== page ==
You can visualize this on the guitar by looking at how the frets literally divide the string to create different notes. I took the frets off of my guitar because I wanted to play the notes between other notes, but the frets made this difficult and forced me to try to bend to accomplish that. I was aiming for 24 tones (a type of microtonality), as if I had twice as many frets in the same amount of space. This got me thinking that I would be better off with the flexibility of having no frets so that is what I did. I am very happy with the sound I have achieved through this project and will hopefully provide some songs using my fretless guitar so people can hear some of the things it can do in the context of heavy metal.

How did I do this?

Spoiler: show
Image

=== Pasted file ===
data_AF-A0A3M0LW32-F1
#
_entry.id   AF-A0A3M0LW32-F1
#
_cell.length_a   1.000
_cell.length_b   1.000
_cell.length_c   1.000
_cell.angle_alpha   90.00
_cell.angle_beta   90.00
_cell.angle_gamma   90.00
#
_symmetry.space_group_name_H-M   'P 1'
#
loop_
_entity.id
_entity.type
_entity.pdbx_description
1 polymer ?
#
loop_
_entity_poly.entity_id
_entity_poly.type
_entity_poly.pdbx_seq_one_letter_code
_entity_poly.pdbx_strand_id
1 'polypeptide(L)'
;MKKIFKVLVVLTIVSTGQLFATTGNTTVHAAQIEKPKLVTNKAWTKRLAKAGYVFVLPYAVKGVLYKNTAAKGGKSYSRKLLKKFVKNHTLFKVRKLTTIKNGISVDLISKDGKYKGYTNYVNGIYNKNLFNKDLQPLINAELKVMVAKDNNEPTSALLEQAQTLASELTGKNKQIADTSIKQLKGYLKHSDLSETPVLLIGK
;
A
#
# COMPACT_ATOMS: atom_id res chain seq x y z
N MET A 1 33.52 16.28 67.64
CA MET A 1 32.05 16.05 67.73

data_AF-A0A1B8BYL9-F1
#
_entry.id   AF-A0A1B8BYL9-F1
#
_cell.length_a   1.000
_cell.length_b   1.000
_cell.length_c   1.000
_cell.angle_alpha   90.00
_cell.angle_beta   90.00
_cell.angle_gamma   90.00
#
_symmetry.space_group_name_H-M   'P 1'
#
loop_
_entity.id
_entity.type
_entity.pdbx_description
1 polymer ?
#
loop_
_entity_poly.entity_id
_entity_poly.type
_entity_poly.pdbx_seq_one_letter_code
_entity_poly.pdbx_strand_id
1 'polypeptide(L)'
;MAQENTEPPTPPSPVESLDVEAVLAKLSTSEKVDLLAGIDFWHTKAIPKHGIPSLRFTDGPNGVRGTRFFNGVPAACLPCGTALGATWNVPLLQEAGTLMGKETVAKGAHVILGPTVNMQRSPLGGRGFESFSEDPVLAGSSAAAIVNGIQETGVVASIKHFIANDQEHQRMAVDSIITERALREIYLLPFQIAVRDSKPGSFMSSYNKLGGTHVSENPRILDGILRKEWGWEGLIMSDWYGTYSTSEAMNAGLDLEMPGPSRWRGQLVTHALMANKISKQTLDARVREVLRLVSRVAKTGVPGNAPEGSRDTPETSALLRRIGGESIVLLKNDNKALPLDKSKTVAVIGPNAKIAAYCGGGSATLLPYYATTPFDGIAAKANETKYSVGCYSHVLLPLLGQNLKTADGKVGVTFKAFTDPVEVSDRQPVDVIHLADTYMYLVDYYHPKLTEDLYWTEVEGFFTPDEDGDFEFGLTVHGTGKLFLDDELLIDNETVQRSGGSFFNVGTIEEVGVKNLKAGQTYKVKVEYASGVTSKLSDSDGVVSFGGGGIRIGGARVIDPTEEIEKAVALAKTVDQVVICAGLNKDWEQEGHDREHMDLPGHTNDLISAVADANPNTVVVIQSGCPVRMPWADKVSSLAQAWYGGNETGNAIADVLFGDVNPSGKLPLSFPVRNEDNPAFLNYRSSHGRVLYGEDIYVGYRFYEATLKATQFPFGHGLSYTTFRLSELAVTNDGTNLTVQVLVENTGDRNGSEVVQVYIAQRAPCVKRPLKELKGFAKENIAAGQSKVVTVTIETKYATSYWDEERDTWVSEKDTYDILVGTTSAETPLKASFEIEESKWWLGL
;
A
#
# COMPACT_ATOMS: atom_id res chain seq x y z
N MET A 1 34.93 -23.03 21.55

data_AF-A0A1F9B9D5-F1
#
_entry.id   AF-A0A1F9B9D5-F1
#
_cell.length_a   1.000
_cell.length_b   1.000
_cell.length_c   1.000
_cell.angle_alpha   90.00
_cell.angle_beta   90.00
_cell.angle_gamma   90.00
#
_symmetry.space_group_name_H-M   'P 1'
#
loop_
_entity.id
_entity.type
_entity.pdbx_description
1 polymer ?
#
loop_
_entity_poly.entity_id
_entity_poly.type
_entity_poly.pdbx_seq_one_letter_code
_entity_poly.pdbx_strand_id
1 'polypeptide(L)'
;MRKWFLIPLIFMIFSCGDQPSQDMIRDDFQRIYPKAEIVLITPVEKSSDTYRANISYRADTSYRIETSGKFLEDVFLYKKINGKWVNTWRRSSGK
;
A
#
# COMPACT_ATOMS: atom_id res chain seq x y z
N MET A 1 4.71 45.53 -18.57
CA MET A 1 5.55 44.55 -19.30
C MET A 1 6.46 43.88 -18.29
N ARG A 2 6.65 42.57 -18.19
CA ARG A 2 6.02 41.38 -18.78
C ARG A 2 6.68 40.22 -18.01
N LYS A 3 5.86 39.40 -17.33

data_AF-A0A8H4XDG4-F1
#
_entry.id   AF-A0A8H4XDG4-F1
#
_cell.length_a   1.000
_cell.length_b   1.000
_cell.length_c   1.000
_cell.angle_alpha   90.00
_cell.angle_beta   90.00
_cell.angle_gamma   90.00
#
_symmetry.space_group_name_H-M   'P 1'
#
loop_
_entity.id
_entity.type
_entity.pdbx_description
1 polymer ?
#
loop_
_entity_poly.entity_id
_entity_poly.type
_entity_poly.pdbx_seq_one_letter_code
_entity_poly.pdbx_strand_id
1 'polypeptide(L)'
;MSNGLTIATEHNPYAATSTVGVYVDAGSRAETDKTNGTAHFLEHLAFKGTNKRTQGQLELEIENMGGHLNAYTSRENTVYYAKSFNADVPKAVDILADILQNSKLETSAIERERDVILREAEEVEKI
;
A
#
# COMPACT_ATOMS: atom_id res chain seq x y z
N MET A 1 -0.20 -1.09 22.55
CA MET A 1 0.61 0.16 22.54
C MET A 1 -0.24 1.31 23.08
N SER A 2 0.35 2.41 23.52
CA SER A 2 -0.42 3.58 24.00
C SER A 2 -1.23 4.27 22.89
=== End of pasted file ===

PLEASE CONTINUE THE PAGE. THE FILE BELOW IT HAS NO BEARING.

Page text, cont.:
First I purchased a cheap used guitar with a serviceable neck. I wanted a guitar with humbuckers because I figured that would work better for metal. For those who do not know what that is, look at how the pickups (black rectangles on the body) have two rows of magnets (the silver dots). Without having frets I was very concerned with how the intonation would be, meaning notes might not be in the right place. To check this I played each string at its 12th fret and played the 12th fret harmonic to make sure they were the same note. I also looked down the length of the neck to make sure the frets were parallel with one another to ensure that the neck was not twisted. Lastly, I made sure the action wasn't too high because I figured that a fretless guitar would be good for legato technique and smooth slides. All of this was, of course, part of what you should normally look into when purchasing a guitar.